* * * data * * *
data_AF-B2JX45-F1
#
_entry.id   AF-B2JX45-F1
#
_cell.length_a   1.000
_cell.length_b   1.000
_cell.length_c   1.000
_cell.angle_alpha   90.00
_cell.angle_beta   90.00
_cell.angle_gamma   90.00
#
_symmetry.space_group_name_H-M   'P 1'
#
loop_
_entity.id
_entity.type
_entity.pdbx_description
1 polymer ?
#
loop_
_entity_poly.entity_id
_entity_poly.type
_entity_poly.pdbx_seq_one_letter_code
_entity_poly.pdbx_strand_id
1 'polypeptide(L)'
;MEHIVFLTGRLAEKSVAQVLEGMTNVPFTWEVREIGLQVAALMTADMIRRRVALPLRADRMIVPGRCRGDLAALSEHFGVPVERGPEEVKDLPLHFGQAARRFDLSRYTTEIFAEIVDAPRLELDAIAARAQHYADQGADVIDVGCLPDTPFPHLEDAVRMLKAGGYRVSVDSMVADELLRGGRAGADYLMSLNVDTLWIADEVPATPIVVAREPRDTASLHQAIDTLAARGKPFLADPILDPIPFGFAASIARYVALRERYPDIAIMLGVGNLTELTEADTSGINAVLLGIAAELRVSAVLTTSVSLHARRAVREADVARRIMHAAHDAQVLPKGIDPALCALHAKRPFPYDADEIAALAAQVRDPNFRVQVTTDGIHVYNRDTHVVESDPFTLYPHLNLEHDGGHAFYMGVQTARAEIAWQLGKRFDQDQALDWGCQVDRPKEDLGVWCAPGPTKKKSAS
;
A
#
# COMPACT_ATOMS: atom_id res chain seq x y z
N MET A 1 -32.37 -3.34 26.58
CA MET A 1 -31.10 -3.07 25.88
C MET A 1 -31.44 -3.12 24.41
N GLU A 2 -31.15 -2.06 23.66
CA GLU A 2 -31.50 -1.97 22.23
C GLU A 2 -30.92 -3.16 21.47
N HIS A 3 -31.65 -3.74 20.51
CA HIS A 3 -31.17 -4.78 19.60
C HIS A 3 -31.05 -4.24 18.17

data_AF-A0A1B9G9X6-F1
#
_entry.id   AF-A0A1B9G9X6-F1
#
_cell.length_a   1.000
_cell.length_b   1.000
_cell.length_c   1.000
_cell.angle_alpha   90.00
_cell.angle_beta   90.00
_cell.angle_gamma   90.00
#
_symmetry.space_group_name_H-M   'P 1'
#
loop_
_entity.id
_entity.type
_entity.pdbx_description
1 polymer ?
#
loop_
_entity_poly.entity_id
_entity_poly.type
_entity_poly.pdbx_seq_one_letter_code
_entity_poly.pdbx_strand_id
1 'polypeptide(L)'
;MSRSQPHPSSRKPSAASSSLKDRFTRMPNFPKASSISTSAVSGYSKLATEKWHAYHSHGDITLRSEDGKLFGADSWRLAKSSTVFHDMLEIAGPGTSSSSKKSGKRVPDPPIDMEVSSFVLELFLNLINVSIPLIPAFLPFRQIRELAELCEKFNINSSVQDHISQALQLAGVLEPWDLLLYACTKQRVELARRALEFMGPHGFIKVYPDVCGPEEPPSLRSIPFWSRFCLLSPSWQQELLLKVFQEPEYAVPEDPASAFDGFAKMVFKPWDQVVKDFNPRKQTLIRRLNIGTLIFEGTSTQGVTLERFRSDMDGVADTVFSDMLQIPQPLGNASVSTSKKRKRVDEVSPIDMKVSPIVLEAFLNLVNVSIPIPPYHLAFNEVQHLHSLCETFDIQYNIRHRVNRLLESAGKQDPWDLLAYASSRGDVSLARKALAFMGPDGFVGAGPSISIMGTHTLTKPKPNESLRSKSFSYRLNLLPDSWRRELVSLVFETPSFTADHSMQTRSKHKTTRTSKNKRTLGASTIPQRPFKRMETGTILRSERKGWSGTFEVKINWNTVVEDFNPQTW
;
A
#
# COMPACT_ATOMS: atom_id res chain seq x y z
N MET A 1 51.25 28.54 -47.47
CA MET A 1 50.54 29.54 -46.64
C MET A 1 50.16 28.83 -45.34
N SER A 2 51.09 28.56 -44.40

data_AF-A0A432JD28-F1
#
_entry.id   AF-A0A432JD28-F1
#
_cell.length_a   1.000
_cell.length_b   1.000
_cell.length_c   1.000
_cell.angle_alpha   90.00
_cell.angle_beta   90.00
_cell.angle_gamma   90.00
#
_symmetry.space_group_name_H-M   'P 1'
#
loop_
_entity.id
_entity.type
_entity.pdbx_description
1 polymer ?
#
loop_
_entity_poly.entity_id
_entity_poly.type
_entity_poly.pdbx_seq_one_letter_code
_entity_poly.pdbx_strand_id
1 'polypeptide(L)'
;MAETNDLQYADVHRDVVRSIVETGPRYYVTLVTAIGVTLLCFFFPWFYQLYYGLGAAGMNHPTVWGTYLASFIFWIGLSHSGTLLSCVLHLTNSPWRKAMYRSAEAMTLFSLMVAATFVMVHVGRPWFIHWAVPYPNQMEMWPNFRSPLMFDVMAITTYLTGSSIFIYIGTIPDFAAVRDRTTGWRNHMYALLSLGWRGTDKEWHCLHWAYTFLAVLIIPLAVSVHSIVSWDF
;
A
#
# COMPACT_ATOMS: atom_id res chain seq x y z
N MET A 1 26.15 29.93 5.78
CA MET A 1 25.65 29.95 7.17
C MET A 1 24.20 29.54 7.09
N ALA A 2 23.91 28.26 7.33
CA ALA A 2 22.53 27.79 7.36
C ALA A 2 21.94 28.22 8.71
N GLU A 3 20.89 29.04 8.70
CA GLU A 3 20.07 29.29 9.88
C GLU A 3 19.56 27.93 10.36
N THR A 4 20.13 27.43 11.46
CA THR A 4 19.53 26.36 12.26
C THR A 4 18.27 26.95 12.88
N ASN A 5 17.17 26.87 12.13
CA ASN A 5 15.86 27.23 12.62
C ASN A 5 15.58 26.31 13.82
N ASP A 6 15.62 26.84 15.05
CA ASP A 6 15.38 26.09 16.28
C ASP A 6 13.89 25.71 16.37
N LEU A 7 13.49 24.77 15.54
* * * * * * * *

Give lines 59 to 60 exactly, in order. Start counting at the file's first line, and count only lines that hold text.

loop_
_entity_poly.entity_id